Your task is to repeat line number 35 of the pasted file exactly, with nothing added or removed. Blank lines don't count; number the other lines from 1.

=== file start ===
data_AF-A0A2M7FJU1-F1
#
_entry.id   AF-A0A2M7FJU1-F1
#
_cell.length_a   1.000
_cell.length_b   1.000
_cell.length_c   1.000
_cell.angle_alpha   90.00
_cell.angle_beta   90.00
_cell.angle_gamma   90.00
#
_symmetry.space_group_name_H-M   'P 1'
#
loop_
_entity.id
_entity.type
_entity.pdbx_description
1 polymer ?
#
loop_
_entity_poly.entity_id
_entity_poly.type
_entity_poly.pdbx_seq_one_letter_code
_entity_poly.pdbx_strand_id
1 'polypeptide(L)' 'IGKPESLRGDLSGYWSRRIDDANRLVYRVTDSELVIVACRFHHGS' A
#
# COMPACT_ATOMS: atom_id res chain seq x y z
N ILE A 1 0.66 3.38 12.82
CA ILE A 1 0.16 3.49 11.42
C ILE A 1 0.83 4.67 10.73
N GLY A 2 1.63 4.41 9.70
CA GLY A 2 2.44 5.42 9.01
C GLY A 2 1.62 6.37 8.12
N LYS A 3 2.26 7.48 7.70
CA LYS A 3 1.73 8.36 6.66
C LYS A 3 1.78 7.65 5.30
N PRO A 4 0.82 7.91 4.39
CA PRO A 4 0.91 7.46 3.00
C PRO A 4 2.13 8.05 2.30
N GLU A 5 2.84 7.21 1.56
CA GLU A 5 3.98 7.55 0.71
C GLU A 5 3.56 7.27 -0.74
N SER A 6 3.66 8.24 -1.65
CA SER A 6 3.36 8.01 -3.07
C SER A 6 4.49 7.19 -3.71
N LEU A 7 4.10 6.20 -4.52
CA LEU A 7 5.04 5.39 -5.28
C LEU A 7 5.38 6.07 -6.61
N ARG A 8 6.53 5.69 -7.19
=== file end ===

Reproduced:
CA LYS A 3 1.73 8.36 6.66